The next wave of biopharmaceutical innovation is focused on curative treatments — the type of treatments that can have a profound and positive impact on patients’ lives, as well as on their caregivers and the health care system. Ensuring that patients will have access to these treatments, particularly for diseases where none currently exist, will be especially important.
That’s why the National Pharmaceutical Council remains concerned about efforts by groups like the Institute for Clinical and Economic Review (ICER) to put a price on these treatments. ICER recently released the final adaptations to its value assessment framework for use when reviewing what it considers high-impact “single or short-term transformative therapies (SST)” – their term for curative therapies.
These adaptations will be incorporated into ICER’s revised 2020 value assessment framework and used for reviews next year. ICER has delayed the release of the framework revisions until Jan. 31, 2020.
Although ICER made some changes since the draft version that was under public review earlier this year, there are still notable flaws with ICER’s SST methodology. Specifically, while ICER made one important change to its shared savings scenarios based on NPC’s recommendations (it removed a scenario that would have disincentivized the development of treatments with benefits that accrue after 12 years), the final scenarios have significant limitations. ICER is limiting potential cost offsets and arbitrarily capping treatment prices at a set amount.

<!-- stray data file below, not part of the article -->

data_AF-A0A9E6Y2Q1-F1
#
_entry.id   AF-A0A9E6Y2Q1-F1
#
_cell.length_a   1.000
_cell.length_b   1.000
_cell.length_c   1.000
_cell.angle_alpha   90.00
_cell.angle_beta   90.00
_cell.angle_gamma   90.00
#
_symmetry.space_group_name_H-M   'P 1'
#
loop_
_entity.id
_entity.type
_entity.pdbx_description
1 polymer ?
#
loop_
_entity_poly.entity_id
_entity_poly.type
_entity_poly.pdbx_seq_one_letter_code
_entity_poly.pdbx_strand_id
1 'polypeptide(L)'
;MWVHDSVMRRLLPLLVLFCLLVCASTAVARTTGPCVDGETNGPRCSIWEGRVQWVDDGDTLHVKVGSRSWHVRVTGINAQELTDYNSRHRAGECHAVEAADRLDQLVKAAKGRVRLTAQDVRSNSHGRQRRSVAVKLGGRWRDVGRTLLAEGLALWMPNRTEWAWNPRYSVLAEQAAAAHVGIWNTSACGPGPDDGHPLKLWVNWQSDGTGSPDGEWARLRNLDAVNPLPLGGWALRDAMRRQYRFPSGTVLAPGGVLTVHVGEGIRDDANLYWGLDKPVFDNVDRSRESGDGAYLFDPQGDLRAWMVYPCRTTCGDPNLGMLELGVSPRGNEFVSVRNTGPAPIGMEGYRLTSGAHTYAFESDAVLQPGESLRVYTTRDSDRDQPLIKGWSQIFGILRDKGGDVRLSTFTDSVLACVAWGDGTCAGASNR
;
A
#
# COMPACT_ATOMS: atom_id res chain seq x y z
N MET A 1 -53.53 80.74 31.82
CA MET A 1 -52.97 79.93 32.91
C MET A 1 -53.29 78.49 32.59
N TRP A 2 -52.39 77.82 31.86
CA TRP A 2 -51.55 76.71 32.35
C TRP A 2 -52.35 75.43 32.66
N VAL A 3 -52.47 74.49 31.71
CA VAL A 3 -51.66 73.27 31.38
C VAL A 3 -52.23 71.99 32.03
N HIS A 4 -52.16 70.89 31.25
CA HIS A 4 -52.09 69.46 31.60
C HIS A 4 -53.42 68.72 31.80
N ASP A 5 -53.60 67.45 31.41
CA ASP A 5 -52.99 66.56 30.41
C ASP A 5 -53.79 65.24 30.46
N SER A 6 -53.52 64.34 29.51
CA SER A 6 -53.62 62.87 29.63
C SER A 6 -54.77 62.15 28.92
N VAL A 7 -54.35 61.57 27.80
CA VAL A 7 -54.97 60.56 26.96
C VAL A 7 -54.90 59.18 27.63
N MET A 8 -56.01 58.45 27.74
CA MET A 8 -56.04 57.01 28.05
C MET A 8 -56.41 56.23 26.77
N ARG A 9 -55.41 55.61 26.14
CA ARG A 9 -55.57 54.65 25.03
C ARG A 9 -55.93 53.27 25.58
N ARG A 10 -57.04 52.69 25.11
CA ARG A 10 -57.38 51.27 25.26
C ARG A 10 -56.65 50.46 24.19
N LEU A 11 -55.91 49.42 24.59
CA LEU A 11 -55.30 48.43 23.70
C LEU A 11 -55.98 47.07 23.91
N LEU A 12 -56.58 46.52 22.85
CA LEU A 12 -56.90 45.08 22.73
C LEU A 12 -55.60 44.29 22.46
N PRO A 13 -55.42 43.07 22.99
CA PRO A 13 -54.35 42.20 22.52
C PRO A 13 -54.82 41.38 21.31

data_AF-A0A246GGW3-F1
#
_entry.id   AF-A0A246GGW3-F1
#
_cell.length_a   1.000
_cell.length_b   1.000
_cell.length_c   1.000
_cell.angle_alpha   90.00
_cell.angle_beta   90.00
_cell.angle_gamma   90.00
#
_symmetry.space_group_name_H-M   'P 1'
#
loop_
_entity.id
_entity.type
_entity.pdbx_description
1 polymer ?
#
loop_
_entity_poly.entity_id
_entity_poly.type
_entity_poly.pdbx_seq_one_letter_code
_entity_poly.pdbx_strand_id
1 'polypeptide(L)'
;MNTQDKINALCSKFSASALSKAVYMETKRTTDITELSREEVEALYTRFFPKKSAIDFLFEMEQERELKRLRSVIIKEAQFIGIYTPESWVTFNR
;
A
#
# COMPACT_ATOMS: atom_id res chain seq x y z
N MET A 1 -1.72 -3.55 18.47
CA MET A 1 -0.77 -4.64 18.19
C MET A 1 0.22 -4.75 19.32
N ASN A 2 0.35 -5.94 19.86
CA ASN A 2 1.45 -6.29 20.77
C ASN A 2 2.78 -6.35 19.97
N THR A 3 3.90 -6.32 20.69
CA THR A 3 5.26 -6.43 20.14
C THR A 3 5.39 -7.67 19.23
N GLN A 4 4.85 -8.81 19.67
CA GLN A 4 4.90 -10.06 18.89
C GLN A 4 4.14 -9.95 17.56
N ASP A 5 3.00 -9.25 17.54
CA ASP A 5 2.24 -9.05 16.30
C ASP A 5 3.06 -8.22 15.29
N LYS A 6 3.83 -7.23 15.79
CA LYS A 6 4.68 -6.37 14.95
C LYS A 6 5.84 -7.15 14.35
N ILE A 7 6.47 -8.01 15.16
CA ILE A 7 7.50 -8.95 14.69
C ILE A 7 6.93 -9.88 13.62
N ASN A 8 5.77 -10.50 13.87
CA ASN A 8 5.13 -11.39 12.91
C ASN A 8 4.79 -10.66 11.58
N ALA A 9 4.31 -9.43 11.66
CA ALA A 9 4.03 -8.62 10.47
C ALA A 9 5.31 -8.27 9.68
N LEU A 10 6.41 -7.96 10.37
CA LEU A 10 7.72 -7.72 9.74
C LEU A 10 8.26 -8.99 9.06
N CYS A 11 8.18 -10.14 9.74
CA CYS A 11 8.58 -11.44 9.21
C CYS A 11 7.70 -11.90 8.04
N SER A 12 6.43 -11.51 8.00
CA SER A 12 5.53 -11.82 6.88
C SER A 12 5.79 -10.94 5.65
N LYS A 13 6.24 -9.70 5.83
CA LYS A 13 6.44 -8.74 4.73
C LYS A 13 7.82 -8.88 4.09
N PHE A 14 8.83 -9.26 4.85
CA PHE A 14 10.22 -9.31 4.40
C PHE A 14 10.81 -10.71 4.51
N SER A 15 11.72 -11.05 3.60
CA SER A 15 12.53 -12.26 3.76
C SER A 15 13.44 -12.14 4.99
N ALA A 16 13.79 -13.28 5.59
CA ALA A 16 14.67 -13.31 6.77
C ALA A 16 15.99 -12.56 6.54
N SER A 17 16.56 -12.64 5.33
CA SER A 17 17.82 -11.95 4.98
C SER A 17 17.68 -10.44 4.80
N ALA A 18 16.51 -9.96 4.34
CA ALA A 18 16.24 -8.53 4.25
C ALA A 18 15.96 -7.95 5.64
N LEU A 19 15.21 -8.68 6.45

ICER included two other NPC recommendations in its SST methods:
- While gene therapies or biopharmaceutical treatments might be top of mind when considering the definition of an SST, NPC recommended that ICER's definition takes all curative treatments, including devices, into account. ICER modified its definition to include non-drug treatments.
- NPC had noted that due to the magnitude of benefits and clinical trial limitations resulting from small patient populations, uncertainty of SST value-based price estimates will be much larger than traditional therapies. Credibility and transparency require that ICER communicate that full range of value (both the upside and downside) so that decision-makers can make informed choices. ICER addressed this via the inclusion of optimistic and conservative benefit scenarios.
Whether ICER will make further changes to this process or better incorporate patient concerns as part of its broader framework is still unknown; we’ll know for sure when the group releases its 2020 framework at the end of January.
In the meantime, it’s important to remember that ICER is not the only value assessment framework available to decision-makers, and that there are other tools that can be used to evaluate treatments. Value assessment is still an evolving field in the United States, and one measurement alone will not be able to capture the full benefits of a particular treatment for patients and their caregivers, as well as for society.